I'm going to tell you how here, even though I think executing such a script is highly unethical, probably fraud, and something you should not do. I'm telling you about it here because people need to understand how jawdroppingly easy it really is.
So, the goal is mimicking humans. Which means that you can't just send 100,000 visits to the same page. That'd be very suspicious.
So you want to spread the traffic out over a bunch of target pages. But which ones? You don't want pages that no one ever visits. But you also don't want to send traffic to pages that people are paying close attention to, which tend to be the most recent ones. So, you want popular pages but not the most popular or recent pages.
Luckily, Google tends to index the popular, recentish stories more highly. And included with UBot are two little bots that can work in tandem. The first scrapes Google's suggestions searches. So it starts with the most popular A searches (Amazon, Apple, America's Cup) then the most popular B searches, etc. Another little bot scrapes the URLs from Google search results.
So the first step in the script would be to use the most popular search suggestions to find popularish stories on the domain (say, theatlantic.com) and save all those domains.
The first search would be "amazon site:theatlantic.com." The top 20 URLs, all of which would be Atlantic stories, would get copied into a file. Then the bot would search "apple site:theatlantic.com" and paste another 20 in. And so on and so forth until you've got 1,000.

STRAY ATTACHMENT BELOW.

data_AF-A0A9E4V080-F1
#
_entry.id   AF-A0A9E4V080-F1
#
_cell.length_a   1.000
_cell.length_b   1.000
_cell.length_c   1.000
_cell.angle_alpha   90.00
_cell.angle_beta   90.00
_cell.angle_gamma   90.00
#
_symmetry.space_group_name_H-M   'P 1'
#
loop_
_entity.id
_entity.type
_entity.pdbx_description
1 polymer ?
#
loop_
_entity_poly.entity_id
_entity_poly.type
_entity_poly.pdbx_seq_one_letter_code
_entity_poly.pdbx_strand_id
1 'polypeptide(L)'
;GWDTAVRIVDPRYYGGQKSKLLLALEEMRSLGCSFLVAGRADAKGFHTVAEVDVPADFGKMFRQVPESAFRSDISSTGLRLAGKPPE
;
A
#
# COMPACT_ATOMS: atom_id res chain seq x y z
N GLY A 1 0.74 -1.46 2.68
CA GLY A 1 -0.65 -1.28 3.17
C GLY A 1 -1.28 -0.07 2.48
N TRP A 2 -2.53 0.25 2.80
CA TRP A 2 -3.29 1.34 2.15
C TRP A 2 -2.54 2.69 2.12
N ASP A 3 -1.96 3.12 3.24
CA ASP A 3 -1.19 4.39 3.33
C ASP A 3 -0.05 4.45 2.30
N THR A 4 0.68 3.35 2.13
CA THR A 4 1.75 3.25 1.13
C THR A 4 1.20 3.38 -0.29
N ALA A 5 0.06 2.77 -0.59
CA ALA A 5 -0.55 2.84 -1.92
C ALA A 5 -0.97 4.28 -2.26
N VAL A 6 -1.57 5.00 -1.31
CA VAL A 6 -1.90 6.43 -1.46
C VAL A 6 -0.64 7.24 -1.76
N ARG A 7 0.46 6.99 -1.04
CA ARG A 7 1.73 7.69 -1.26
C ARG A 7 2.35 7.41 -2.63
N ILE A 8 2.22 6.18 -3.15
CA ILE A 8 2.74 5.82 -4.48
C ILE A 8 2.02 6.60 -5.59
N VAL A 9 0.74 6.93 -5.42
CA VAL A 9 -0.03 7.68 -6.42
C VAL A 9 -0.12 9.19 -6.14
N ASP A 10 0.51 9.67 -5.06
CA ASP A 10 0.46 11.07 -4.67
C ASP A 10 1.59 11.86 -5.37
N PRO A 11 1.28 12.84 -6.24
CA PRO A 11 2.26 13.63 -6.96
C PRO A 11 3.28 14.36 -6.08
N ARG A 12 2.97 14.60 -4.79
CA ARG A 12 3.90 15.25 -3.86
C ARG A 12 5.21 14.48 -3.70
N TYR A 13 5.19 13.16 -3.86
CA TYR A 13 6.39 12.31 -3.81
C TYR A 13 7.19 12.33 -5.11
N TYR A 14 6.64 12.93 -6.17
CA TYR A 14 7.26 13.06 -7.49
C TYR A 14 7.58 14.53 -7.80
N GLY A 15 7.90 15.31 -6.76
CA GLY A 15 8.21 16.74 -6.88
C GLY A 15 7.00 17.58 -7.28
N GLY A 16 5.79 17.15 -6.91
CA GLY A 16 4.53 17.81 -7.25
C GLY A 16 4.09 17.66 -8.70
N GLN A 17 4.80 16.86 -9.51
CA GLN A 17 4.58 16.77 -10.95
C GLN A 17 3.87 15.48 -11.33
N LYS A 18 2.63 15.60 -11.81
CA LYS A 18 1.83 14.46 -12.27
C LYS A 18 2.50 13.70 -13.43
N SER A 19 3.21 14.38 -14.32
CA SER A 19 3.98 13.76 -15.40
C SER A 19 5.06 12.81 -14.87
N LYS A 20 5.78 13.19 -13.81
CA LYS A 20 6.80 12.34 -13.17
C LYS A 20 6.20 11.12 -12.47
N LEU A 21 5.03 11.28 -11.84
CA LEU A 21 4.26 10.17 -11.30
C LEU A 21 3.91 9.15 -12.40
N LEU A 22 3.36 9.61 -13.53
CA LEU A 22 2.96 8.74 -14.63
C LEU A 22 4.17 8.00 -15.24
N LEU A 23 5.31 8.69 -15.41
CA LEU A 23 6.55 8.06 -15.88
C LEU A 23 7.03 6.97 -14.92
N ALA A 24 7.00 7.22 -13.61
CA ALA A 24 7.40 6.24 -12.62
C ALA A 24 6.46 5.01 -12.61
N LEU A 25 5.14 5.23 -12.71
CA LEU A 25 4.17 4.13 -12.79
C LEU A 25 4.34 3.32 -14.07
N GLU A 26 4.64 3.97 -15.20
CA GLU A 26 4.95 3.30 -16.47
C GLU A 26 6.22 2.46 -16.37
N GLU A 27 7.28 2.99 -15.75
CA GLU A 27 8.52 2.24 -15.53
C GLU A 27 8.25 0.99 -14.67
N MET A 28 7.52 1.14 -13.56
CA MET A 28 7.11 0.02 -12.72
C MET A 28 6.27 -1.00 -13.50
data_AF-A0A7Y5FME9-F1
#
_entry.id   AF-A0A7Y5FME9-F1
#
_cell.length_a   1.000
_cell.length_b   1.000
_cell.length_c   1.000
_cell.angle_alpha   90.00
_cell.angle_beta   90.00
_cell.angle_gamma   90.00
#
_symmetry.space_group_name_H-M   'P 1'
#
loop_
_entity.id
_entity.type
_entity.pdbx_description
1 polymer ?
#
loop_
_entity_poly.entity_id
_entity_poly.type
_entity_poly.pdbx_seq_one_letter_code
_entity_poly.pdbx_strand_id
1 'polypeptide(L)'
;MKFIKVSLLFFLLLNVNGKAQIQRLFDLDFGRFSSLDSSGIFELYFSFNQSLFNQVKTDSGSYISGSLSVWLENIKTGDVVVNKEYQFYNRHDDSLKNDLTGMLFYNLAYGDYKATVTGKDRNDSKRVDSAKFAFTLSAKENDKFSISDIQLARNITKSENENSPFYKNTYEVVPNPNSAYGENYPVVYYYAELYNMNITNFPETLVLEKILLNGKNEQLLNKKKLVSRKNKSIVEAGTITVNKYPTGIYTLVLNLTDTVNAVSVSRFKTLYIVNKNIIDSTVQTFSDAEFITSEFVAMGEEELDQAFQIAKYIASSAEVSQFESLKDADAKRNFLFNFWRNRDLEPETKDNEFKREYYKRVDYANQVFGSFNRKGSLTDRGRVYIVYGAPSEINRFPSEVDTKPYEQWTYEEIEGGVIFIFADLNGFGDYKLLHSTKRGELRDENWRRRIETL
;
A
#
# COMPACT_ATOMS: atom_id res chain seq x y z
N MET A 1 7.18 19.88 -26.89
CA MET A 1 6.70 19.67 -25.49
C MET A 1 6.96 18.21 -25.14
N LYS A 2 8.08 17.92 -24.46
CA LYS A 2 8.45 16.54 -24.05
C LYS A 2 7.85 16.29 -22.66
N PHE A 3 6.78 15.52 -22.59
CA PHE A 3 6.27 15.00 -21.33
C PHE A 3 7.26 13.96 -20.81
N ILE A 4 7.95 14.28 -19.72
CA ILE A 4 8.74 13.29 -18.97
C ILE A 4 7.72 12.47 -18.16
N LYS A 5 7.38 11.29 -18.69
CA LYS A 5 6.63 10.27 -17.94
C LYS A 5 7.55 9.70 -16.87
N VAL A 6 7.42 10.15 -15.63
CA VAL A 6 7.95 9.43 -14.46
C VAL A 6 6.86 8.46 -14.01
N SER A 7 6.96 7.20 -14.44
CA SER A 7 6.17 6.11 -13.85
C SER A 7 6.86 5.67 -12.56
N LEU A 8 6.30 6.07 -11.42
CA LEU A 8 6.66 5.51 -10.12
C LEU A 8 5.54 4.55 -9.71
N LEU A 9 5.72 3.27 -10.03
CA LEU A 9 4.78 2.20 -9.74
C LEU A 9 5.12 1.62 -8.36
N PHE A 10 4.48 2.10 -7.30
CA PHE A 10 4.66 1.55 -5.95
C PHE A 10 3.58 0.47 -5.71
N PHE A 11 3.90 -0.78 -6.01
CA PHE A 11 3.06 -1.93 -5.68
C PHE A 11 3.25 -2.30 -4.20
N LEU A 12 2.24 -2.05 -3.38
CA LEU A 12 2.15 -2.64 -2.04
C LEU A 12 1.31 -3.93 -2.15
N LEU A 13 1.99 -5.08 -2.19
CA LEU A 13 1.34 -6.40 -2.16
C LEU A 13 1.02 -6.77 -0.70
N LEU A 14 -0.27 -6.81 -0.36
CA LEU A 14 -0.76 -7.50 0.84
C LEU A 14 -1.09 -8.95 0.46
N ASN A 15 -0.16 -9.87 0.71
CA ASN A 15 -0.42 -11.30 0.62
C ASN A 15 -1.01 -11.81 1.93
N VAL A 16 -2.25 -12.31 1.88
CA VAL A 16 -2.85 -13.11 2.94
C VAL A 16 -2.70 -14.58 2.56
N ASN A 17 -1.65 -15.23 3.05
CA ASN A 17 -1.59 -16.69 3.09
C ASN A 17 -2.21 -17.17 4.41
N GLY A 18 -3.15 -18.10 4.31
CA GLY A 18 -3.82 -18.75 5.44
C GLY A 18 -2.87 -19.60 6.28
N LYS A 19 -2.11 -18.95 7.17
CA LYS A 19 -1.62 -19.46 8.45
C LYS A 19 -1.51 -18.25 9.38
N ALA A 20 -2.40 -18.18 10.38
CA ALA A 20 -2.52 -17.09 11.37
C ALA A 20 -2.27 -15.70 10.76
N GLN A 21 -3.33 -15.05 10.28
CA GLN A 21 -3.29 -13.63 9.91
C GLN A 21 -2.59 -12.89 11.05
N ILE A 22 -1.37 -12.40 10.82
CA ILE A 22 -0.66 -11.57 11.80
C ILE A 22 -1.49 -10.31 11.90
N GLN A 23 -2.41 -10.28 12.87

Now, all you've got to do is have the bot visit each story, wait for the page to load, and go on to the next URL. Just for good measure, perhaps you'd have the browser "focus" on the ads on the page to increase the site's engagement metrics.
Loop your program 100 times and you're done. And you could do the same thing whenever you wanted to.
Of course, the bot described here would be very easy to catch. If anyone looked, you'd need to be fancier to evade detection. For example, when a browser connects to a website, it sends a little token that says, "This is who I am!" And it lists the browser and the operating system, etc. Mine, for example, is, "Mozilla/5.0 (Macintosh; Intel Mac OS X 10_8_2) AppleWebKit/537.36 (KHTML, like Gecko) Chrome/31.0.1650.63 Safari/537.36"
If we ran the script like this, an identical 100,000 user agents would show up in the site's logs, which might be suspicious.
But the user agent-website relationship is trust-based. Any browser can say, "I'm Chrome running on a Mac." And, in fact, there are pieces of software out there that will generate "realistic" user agent messages, which Ubot helpfully lets you plug in.
The hardest part would be obscuring that the IP addresses of the visits. Because if 100,000 visits came from a single computer, that would be a dead giveaway it was a bot. So, you could rent a botnet — a bunch of computers that have been hacked to do the bidding of (generally) bad people.